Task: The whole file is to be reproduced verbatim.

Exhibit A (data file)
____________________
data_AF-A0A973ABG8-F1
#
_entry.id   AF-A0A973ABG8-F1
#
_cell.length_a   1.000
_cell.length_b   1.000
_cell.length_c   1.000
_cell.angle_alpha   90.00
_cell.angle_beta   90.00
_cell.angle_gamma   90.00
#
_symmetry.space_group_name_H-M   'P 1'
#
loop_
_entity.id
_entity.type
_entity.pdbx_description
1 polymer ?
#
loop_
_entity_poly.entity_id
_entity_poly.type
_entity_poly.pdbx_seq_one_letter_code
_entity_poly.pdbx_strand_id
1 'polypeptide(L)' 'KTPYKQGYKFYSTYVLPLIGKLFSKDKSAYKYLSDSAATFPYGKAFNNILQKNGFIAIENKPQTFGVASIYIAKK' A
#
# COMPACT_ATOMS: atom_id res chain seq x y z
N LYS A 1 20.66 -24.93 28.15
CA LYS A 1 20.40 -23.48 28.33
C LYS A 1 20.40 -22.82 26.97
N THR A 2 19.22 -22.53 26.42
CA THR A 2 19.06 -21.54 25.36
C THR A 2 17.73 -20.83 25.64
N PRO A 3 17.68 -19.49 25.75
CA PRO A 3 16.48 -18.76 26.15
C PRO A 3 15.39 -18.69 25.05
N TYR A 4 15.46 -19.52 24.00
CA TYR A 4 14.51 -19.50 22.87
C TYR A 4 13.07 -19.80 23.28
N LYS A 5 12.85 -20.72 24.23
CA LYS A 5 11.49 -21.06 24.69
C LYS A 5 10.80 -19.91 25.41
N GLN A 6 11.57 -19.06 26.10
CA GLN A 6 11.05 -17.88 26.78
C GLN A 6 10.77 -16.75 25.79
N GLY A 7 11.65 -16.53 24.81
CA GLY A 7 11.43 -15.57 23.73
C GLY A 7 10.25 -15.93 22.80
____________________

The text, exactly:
data_AF-A0A973ABG8-F1
#
_entry.id   AF-A0A973ABG8-F1
#
_cell.length_a   1.000
_cell.length_b   1.000
_cell.length_c   1.000
_cell.angle_alpha   90.00
_cell.angle_beta   90.00
_cell.angle_gamma   90.00
#
_symmetry.space_group_name_H-M   'P 1'
#
loop_
_entity.id
_entity.type
_entity.pdbx_description
1 polymer ?
#
loop_
_entity_poly.entity_id
_entity_poly.type
_entity_poly.pdbx_seq_one_letter_code
_entity_poly.pdbx_strand_id
1 'polypeptide(L)' 'KTPYKQGYKFYSTYVLPLIGKLFSKDKSAYKYLSDSAATFPYGKAFNNILQKNGFIAIENKPQTFGVASIYIAKK' A
#
# COMPACT_ATOMS: atom_id res chain seq x y z
N LYS A 1 20.66 -24.93 28.15
CA LYS A 1 20.40 -23.48 28.33
C LYS A 1 20.40 -22.82 26.97
N THR A 2 19.22 -22.53 26.42
CA THR A 2 19.06 -21.54 25.36
C THR A 2 17.73 -20.83 25.64
N PRO A 3 17.68 -19.49 25.75
CA PRO A 3 16.48 -18.76 26.15
C PRO A 3 15.39 -18.69 25.05
N TYR A 4 15.46 -19.52 24.00
CA TYR A 4 14.51 -19.50 22.87
C TYR A 4 13.07 -19.80 23.28
N LYS A 5 12.85 -20.72 24.23
CA LYS A 5 11.49 -21.06 24.69
C LYS A 5 10.80 -19.91 25.41
N GLN A 6 11.57 -19.06 26.10
CA GLN A 6 11.05 -17.88 26.78
C GLN A 6 10.77 -16.75 25.79
N GLY A 7 11.65 -16.53 24.81
CA GLY A 7 11.43 -15.57 23.73
C GLY A 7 10.25 -15.93 22.80